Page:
Why Zadie Smith Thinks Philip Roth, and Alexander Portnoy, Changed The World
Who is Philip Roth?
Most of us agree on the known particulars: he’s a novelist (obviously), a Jew, a Newark native. Depending on who you ask, he is also a pervert, a misogynist, a narcissist, a chauvinist, and/or a self-hating Jew. (I got that list from quickly Googling “most frequent criticisms of Philip Roth;” I assure you, there’s more.)
If you ask Zadie Smith, the answer is more complicated. The novelist and essayist was Roth’s pick to deliver the inaugural lecture in his name at the Newark Public Library; Roth’s spokesperson, novelist Benjamin Taylor, whose works include “Tales Out of School” and “The Book of Getting Even,” said Roth admires Smith’s “freshness of mind, originality of intellect, and a gritty engagement with a hometown.” She chose as her subject, in a talk titled “The I Who is Not Me,” the complex obscurity of novelistic identity.
For Roth’s readers, that subject has sparked frequent concern over what relationship the author might have to his outsize, irreverent, often despicable characters.
For Smith, the point is not to see the challenging, or just plain gross, qualities and behaviors of Roth’s characters as an accurate and distasteful reflection of their author. The point is to see how, by imitating reality in boundary-breaking ways, they expand possibilities for writers and readers.
“In 1969, it was possible to go to the moon and to imagine future annihilation,” she said, partway into her lecture. “It was not possible to be Portnoy in the world, at least not possible to be Alexander Portnoy in Newark. No, one simply could not be a foul-mouthed, sex-obsessed, fundamentally unserious and un-pious, masturbating, liver-screwing, mother-hating young Jewish boy in Newark.”
At that time, Smith said, it was equally impossible to, as a Jew, be a great American novelist. In her eyes Roth, along with Saul Bellow, changed that. And Roth’s great contribution was precisely that which most troubled his readers: the originality of his characters, in their lewdness and crudeness. They were not examples of how readers should live, Smith insisted, nor examples of how their author lived.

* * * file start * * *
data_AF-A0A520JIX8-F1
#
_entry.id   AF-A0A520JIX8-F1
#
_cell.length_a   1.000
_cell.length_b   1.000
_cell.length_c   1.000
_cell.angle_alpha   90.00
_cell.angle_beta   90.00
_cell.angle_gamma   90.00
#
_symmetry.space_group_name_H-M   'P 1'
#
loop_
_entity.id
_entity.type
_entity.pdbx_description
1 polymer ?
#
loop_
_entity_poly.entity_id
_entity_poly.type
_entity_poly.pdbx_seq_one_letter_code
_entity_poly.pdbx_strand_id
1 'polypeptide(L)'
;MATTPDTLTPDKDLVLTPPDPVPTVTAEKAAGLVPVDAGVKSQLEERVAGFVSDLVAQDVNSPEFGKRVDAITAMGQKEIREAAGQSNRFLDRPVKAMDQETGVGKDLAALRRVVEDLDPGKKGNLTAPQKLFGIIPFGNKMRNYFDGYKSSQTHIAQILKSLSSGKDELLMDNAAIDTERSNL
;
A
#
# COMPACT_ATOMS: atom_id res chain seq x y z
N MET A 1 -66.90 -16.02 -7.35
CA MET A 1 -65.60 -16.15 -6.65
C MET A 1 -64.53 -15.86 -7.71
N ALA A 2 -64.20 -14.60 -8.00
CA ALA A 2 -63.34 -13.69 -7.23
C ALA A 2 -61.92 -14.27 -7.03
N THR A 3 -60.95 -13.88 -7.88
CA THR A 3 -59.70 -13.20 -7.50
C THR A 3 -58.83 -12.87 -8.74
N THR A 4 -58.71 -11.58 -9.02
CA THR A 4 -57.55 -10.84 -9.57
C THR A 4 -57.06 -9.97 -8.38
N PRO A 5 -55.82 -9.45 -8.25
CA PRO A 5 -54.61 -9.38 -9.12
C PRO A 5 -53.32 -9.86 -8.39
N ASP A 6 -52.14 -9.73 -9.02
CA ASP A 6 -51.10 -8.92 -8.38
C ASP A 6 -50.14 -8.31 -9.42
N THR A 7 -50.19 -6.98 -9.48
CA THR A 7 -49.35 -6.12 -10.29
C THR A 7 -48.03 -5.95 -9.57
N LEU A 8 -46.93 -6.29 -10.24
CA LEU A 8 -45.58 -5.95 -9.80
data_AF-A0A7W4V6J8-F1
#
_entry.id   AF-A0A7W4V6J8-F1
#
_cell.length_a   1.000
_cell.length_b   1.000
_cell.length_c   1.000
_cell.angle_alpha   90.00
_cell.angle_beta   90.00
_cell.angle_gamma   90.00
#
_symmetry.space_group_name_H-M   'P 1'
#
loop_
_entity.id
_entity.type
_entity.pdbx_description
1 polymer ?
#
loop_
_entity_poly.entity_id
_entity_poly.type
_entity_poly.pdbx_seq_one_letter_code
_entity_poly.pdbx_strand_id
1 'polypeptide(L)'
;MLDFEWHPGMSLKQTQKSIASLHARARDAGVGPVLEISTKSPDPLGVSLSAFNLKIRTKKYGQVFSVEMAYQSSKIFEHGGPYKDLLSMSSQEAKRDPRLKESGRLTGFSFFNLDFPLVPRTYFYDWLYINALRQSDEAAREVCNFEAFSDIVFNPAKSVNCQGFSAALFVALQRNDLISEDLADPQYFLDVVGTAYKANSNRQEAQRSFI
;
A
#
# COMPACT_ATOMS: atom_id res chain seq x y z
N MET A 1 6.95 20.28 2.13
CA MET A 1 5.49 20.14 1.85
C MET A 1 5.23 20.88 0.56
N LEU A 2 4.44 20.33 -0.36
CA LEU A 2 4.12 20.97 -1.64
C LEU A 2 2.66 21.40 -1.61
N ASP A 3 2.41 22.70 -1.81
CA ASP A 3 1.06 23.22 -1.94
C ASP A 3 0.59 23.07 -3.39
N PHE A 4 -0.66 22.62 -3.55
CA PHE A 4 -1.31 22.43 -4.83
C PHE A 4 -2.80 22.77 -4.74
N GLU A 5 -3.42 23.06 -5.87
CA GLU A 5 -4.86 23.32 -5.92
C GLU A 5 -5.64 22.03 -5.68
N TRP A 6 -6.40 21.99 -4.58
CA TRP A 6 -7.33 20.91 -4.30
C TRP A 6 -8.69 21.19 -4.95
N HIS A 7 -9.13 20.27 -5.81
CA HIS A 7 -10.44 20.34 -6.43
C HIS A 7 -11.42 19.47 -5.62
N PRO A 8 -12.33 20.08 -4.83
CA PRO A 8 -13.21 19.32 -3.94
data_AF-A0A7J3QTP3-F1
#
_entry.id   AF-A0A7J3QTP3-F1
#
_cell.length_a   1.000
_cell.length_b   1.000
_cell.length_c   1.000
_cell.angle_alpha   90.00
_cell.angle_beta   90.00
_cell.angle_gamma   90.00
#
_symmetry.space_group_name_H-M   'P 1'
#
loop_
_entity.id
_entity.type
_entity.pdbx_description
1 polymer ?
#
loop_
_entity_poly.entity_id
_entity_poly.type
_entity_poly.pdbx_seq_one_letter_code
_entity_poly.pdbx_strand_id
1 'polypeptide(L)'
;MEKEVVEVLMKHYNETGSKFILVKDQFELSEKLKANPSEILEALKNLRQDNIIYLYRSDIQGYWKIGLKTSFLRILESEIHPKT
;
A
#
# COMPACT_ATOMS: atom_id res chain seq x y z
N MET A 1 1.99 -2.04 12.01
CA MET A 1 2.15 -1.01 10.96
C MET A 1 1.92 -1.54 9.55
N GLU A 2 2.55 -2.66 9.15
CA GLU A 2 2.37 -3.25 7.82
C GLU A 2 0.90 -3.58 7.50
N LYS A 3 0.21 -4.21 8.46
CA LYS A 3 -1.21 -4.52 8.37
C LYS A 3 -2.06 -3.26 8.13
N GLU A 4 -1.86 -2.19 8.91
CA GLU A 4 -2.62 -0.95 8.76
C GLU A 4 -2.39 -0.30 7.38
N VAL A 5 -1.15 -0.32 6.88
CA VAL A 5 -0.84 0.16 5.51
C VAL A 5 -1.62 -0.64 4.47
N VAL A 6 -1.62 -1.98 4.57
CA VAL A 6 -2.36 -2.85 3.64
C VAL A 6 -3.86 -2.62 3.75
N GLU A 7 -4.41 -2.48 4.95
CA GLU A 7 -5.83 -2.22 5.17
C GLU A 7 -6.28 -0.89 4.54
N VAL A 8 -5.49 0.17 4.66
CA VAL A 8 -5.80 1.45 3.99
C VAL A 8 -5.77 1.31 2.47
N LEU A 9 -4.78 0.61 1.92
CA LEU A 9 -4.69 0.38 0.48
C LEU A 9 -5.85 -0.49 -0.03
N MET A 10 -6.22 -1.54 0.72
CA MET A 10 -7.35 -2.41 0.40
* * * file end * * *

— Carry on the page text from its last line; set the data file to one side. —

“The offer was not, ‘you too can be like Portnoy,’” she said. “The offer was, ‘Portnoy exists, be as you please.’”
Smith’s lecture was the first of what the Newark Public Library intends to be annual Philip Roth lectures. It was recently announced that Roth will donate his entire personal library to the Library upon his death. “The purpose of the lecture series is to establish the Philip Roth Personal Library while he’s still alive,” said Tim Crist, president of the trustees of the Newark Public Library.
“He was a product of this city, and he contributed all the powers of his imagination to this city in book after book,” said Taylor. “What more fitting gesture than [that] the library, the personal library, which is the record of his formation as a writer should find its ultimate home here.”
Crist, speaking of Roth’s request that Smith deliver the inaugural lecture in the series, saw her sharing some of the literary characteristics she later drew attention to in Roth.
“In her own way she’s writing about similar groups trying to find their way, to create their own freedom to live out their lives,” he said.
Smith explained that she herself has only recently opened her own fiction to exhibit a great degree of personal freedom. Her fifth novel, “Swing Time,” which hits shelves November 15th, is her first written in first-person. Writing fiction in that voice, she explained, has made her recognize how much power there is in, as an author, “telling someone a true lie” – a story that, while entirely fictional, is related and experienced with an entirely real immediacy. And its made her appreciate how much the transgressive freedom Roth made inseparable from his characters has changed the literary world, permanently, for readers and writers alike.
“You don’t even have to read the book,” she said. “You’re already living in the world that Portnoy touched and changed.”